Complex congenital fistula between the coronary, bronchial and pulmonary arteries
Citation, DOI & case data
Brief chest pain after plastic surgery. Family history of coronary heart disease. Troponine levels remained slightly above normal. ECG showed no ST elevation.
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Tortuous and dilated vessels are demonstrated surrounding and communicating with the pulmonary trunk. There are numerous arterial supplying vessels arising from both the aorta (i.e. neo-bronchial arteries) and the coronary arteries:
- from a supra-aortic vessel (outside FOV)
- from the aortic arch
- from the right coronary sinus, next to the right coronary ostium
- from the proximal right coronary segment
- from the proximal LAD and circumflex artery
- from the descending aorta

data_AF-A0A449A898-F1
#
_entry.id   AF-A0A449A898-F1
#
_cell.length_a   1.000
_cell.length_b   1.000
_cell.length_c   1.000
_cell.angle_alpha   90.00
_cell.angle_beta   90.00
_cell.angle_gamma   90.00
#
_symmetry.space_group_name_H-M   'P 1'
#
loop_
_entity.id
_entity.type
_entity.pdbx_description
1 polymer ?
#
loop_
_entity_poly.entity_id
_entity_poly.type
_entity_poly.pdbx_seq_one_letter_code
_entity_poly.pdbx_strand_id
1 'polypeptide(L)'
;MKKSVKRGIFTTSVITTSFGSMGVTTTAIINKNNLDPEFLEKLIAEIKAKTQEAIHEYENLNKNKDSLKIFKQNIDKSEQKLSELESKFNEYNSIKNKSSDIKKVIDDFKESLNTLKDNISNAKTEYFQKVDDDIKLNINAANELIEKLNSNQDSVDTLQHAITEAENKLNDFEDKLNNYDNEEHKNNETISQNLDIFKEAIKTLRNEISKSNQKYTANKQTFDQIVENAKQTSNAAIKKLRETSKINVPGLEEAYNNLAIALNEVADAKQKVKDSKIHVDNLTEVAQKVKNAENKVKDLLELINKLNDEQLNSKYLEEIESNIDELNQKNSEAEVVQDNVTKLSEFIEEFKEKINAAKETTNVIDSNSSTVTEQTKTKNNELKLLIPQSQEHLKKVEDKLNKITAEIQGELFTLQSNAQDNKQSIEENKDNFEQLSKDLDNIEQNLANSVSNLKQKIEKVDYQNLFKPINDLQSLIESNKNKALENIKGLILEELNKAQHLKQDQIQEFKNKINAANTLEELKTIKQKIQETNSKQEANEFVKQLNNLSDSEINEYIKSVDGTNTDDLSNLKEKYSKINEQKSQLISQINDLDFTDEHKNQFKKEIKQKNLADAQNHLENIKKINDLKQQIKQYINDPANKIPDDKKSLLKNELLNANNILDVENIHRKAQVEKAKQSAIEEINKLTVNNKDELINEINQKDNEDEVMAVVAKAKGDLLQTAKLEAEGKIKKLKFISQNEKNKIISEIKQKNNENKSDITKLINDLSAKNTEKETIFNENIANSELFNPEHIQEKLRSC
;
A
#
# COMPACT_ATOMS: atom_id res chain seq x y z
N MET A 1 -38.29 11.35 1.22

Findings are consistent with complex fistula between coronary, bronchial and pulmonary arteries.
This is a case of complex congenital fistula involving the coronary, bronchial and pulmonary arteries.
Reversible chest pain in this case is possibly due to coronary steal phenomenon, which results from left-to-right shunting. There is also a possibility that under certain circumstances the bronchial arteries supply the coronary arteries (left-to-left pattern), or that the pulmonary arteries supply both bronchial and coronary arteries (right-to-left).
As of today, preemptive occlusion of the bronchial arteries with microparticules has been considered way too risky due to the high risk of collateral myocardial infarction. Occlusion of the bronchial arteries with coils could be considered, but there would still have a possibility of inducing the development of preexisting distal coronary to bronchial or pulmonary collateral vessels unseen on this CT. Covered stents in the coronary arteries to separate the coronary network from the bronchopulmonary network might be possible, at the cost of a complex procedure.
Drs Pouillot & Kuhl also contributed to this case. I thank Dr Cochet and Pr Montaudon for their counsel.
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